The landmark case of Marbury v. Madison.

Essay by imaGe November 2005

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The decision in this case took two weeks to decide weather Marbury was allowed to receive commission from Madison. It was a unanimous decision of 4-0.The chief justice finally decided that Marbury had a legal right to receive the commission. However, when Marbury requested for a court to order Madison to deliver his commission it was rejected. The reason for this is the Judiciary Act of 1789, which states that if the Supreme Court issues a writ of mandamus (court order) it is unconstitutional.

The Marbury vs. Madison case was one of the first cases for the Supreme Court. The issue started prior to the case when John Adams' presidency was coming to an end. Adams decided to appoint 58 members of his own party to fill government positions, this way the government will favor his side in the future. However, Marshall, former Secretary of State failed to deliver 17 commissions to the new appointees.

That means the new presidents Secretary of State was thought to finish the job, which at this time was James Madison. But when the newly elected president, Jefferson, came into office, he told Madison not to deliver some of the commissions. Jefferson did not want opposing political parties to take office. One of the applicants, William Marbury did not receive his commission and he sued James Madison and asked the Supreme Court to issue Madison to deliver the commission.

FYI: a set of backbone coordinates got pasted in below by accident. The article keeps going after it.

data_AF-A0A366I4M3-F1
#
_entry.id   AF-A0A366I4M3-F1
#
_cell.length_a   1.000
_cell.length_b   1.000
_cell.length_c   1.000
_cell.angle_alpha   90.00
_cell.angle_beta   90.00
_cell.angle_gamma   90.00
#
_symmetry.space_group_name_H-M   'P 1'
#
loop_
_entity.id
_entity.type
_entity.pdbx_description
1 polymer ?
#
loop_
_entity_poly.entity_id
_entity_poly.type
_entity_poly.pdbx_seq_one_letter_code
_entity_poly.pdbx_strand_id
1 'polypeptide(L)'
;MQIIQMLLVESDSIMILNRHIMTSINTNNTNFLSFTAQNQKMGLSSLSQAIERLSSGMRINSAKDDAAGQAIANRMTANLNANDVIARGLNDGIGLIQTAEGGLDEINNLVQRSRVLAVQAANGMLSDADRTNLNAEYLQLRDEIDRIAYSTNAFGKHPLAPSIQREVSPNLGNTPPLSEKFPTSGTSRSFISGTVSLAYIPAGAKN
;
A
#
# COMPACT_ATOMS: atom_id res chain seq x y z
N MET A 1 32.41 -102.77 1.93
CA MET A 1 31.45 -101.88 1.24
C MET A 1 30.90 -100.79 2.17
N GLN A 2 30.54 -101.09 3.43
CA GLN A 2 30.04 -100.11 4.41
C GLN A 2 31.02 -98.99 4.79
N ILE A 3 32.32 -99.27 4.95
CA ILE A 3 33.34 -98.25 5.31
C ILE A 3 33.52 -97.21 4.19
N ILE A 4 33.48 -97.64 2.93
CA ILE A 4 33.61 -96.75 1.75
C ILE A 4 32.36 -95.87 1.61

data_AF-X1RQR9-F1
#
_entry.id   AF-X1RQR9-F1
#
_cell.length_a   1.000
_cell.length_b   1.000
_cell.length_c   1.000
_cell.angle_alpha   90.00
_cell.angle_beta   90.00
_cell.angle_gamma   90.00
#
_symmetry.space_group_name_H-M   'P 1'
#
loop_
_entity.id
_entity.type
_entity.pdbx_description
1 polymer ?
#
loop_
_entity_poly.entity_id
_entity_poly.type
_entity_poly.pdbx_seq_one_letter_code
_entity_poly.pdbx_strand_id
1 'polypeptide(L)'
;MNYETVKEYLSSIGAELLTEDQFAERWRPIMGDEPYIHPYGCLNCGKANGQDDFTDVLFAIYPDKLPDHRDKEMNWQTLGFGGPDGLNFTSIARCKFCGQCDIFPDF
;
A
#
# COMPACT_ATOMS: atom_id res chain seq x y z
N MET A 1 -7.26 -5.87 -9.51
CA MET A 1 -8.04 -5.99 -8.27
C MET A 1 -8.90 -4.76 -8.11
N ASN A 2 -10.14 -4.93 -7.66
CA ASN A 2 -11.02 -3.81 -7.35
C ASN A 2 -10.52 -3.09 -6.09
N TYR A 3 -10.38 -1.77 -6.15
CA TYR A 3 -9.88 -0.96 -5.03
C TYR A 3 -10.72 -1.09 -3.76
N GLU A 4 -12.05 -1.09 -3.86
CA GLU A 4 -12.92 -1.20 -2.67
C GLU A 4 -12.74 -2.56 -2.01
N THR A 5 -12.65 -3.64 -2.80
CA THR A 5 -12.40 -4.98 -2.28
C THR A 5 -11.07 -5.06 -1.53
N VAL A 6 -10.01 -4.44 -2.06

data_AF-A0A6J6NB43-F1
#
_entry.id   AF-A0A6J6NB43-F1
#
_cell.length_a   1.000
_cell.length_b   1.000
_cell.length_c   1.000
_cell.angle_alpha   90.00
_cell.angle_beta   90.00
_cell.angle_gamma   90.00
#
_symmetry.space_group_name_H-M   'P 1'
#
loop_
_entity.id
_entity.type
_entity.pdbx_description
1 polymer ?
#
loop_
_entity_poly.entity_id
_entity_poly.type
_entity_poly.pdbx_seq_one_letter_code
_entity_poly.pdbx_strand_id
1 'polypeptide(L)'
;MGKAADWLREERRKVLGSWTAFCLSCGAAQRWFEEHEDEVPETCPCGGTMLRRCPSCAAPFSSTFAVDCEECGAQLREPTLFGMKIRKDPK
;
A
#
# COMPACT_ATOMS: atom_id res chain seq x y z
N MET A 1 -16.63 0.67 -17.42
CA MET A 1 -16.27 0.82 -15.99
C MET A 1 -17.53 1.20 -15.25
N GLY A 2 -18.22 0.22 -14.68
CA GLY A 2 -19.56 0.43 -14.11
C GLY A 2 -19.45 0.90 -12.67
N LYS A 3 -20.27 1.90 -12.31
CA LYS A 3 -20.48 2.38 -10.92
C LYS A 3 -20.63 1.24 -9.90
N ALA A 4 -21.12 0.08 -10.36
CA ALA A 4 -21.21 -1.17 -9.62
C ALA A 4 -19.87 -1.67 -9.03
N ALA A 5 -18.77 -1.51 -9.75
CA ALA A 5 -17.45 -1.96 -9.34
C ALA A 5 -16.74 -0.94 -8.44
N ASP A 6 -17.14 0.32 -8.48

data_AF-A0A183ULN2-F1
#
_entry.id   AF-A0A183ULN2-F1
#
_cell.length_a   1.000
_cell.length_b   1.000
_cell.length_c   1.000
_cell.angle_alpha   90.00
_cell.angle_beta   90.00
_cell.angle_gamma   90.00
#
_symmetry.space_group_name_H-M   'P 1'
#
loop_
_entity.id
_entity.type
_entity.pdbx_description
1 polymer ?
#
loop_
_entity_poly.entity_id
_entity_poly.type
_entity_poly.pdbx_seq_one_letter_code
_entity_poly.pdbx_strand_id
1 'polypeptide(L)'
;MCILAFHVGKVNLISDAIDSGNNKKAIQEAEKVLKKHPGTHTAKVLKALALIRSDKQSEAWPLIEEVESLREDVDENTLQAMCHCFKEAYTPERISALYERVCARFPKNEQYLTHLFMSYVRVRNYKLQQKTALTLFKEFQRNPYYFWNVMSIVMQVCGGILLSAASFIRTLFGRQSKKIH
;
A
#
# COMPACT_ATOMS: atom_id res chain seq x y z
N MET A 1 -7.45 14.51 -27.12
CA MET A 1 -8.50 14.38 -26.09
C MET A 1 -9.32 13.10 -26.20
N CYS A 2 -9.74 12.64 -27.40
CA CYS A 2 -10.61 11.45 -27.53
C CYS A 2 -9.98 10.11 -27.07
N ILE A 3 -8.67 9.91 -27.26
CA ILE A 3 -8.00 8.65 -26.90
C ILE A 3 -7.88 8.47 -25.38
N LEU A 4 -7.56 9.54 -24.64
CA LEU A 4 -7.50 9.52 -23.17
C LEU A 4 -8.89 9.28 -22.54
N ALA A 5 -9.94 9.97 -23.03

The issue was decided and the majority of the opinion stated that Marbury should receive the commission. To support this the court found that his commission was signed by the president and sealed by the secretary of state. To withhold the commission would violate the law, such as Madison did. The next decision to make was weather to give Marbury a legal remedy. The...